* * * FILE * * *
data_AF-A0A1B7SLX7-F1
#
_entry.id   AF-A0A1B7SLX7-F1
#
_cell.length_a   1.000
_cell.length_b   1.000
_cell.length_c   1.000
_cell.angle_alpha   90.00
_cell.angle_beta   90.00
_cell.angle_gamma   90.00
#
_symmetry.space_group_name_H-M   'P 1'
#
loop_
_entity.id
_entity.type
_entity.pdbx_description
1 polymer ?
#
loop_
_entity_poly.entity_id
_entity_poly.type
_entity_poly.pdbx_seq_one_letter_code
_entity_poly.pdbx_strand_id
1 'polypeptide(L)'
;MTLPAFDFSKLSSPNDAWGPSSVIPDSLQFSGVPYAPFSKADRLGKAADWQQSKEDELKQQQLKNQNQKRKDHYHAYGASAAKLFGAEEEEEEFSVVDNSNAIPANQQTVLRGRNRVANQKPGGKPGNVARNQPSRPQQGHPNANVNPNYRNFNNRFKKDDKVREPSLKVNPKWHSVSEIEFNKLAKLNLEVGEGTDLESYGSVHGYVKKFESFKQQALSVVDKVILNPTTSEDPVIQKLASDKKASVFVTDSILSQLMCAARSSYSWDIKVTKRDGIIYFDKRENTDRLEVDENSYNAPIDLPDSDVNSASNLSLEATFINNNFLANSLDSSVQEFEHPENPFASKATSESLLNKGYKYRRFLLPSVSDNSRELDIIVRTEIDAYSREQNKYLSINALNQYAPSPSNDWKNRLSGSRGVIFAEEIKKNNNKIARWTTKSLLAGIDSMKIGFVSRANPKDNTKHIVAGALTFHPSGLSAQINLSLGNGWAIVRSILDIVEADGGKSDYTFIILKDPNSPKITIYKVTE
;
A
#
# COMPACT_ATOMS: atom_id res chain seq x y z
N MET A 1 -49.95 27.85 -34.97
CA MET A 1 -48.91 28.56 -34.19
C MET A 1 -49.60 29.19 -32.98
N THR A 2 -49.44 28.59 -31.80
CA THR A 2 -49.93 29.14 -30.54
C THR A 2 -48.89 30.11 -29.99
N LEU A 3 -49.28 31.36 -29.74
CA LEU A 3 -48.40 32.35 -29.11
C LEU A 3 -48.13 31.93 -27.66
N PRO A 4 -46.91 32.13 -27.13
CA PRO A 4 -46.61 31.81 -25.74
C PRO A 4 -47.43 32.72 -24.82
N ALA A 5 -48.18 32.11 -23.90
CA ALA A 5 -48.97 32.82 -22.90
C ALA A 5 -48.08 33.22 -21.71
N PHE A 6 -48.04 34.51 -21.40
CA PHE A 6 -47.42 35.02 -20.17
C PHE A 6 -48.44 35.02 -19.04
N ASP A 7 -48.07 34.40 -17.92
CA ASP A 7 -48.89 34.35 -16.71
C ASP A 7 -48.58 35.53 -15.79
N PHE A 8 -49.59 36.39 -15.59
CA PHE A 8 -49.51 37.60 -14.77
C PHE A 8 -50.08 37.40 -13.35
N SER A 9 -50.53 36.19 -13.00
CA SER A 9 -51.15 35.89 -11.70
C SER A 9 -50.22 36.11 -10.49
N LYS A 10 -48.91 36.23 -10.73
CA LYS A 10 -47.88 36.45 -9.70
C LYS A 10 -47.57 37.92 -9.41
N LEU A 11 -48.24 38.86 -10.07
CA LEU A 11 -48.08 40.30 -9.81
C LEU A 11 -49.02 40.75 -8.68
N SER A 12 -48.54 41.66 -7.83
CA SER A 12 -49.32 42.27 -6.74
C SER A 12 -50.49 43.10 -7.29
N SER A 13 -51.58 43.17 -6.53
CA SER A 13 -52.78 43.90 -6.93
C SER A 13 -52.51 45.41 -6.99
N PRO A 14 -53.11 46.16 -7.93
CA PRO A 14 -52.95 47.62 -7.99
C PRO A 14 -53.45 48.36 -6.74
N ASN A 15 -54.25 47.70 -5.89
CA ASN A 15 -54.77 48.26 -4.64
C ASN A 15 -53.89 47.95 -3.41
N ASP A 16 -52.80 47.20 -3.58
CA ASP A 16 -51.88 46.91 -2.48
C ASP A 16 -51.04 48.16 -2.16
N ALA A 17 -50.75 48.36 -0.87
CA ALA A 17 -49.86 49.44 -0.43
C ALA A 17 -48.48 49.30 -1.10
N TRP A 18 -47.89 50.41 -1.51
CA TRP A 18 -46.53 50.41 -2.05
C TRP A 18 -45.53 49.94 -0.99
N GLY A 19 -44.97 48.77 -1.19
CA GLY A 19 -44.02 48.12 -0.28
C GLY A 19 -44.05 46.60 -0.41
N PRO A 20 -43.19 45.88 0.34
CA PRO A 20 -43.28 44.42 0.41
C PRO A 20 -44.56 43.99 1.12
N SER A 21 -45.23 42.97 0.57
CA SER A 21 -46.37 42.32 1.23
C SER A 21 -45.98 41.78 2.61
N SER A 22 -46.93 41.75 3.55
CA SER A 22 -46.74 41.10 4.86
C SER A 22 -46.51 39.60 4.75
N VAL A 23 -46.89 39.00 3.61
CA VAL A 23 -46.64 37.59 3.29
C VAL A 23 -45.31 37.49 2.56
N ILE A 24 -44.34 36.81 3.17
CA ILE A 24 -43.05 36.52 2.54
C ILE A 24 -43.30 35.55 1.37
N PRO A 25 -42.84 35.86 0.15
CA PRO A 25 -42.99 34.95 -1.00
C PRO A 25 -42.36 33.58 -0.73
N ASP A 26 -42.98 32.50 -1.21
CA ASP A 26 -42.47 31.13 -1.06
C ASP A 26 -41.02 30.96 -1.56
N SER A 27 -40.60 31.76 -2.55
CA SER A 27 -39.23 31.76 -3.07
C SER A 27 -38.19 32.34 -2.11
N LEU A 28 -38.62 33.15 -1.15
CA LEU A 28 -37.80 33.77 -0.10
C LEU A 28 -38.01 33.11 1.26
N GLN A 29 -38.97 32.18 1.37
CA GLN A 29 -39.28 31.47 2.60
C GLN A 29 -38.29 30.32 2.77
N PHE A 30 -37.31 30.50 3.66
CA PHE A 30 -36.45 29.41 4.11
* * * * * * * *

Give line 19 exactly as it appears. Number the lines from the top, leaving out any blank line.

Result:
#